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An inquisition regarding the terminology called "Pan Seasoning or curing".

post #1 of 10
Thread Starter 

Hi 

 

I am currently a Culinary student at Royal academy of culinary/an affiliate of les roches,they are under laureate. What i want to ask about is the history of seasoning or curing,chemistry or the science behind it. Thank you very much for your consideration and time for looking into this. i appreciate replying to this and i am willing to share information in return. i am in need to know this for a project at my college.

post #2 of 10
You need to know about seasoning and curing OR the seasoning of pans?
post #3 of 10
Thread Starter 
 I'm not talking about seasoning meat. Seasoning and curing the pan are the same, the process which  you can make a non-stick surface on the pan. i need to know the history and science behind it. i searched in books, asked my chefs nobody knew. please i am really in need of knowing this. if you can put the reference or source, that would be appreciated. 
Thank you very much
post #4 of 10

We don't do homework. A simple google search just came up with all sorts of information, you just have to do a lot of reading.

post #5 of 10

I'm not going to pile onto the other comments because I just googled both "pan seasoning" and "pan curing"... and both chefs are correct. Took me less than 2 minutes to find the info. Reading it might take longer but...

 

The history is a different issue. I have never seen much on the history. Maybe McGee has something to say about that, IDK. If nothing else, you can make up a good story about the first user of a cast iron griddle and how she (it would have ben a "she" back in the 1600s) went from elation at getting a new state-of-the-art piece of cookware to disappointment as her griddle cakes stuck. I'll bet she went back to cooking on a hot rock for a while until she figured out that bear grease made the cast iron slick and kept her griddle cakes from sticking. The rest... is HISTORY!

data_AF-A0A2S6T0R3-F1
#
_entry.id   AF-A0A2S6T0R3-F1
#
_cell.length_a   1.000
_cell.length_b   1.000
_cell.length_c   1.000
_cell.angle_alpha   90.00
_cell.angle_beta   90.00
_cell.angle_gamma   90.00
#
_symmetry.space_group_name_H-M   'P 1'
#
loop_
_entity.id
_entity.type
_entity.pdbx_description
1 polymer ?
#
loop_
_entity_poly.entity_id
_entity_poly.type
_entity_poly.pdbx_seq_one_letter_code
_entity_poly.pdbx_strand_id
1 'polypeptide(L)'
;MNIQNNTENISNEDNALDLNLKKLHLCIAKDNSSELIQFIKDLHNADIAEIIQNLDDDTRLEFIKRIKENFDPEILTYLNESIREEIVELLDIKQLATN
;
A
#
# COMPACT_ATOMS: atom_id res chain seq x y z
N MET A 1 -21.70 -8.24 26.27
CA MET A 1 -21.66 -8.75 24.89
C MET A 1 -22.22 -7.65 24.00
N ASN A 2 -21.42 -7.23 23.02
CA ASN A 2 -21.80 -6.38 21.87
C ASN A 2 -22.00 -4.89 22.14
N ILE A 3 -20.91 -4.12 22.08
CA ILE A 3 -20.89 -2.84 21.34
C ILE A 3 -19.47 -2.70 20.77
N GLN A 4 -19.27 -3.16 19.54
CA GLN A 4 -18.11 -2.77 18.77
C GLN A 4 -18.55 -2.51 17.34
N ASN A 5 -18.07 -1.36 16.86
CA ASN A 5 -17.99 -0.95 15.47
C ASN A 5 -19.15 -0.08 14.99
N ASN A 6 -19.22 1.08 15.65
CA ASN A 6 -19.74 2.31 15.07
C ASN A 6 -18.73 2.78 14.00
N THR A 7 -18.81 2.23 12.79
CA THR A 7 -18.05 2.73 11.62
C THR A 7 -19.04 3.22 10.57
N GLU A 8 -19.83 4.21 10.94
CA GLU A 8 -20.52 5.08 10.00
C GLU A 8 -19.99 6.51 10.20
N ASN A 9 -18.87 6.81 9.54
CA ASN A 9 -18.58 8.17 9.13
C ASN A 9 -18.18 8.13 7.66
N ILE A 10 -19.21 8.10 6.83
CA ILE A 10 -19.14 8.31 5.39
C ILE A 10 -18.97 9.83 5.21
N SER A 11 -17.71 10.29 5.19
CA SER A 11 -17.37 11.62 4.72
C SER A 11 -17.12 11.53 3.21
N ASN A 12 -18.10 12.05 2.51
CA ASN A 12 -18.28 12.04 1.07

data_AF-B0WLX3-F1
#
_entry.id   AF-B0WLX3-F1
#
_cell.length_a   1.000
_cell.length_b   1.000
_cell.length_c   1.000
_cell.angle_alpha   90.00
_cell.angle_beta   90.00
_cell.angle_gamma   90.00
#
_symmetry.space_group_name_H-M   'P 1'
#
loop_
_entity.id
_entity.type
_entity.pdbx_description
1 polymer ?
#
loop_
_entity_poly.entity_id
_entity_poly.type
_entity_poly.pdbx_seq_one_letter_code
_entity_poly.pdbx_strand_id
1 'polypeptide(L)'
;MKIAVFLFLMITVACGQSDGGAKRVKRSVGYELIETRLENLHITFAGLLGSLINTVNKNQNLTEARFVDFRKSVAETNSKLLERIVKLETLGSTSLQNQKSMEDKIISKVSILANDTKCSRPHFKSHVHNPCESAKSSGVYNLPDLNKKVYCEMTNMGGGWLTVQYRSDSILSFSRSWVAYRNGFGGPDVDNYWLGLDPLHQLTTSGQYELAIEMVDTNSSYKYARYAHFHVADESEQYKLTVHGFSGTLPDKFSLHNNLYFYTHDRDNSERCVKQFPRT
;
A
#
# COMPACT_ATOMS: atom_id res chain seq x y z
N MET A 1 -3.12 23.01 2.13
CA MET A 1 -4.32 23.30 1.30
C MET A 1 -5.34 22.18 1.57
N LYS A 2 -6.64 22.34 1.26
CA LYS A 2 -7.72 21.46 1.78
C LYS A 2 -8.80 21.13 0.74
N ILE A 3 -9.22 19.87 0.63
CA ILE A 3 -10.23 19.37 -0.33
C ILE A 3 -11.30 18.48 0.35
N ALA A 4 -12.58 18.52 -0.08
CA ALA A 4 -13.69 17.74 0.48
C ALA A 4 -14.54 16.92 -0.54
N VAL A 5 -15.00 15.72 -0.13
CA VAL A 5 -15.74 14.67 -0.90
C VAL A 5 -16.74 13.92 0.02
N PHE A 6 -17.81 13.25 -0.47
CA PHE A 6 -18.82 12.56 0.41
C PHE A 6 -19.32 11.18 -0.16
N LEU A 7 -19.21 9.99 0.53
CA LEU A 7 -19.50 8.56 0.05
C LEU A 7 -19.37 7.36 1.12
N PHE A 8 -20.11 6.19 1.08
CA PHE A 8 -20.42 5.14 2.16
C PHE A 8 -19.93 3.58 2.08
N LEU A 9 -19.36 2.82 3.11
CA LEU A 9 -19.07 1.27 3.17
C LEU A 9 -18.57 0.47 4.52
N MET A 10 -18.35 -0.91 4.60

I'm more curious about the question from a different perspective. You are in your last semester at Les Roches and this topic just came up??? Please... what is the context and why only now???

post #6 of 10
Actually, search the archives of this site, there is a lot of good info, and find cast iron collectors sites, they will also have info. History? That's just the way certain metals behave. It also makes those certain metals less reactive with food, unlike, say, copper. But that wasn't the only thing people had to cook with. Earthenware was a lot more popular, for a long time. Modern pans are a product of the industrial revolution.

Also, curing is not the correct word.
post #7 of 10
Funny, that. I don't disagree. Google search engine treats the two words as synonyms. Odd or not?
post #8 of 10

I think I posted this many moons ago, but here it is again.

 

http://sherylcanter.com/wordpress/2010/01/a-science-based-technique-for-seasoning-cast-iron/

post #9 of 10
Thread Starter 

Im sorry this is not an assignment or homework , i wanted to make a presentation on it and enlighten other students about it, its not obligatory but did it on my own free will.

post #10 of 10
Thread Starter 

 i did what you told and  it helped me a lot, i found the info's i need.

 

Thank you very much for your time

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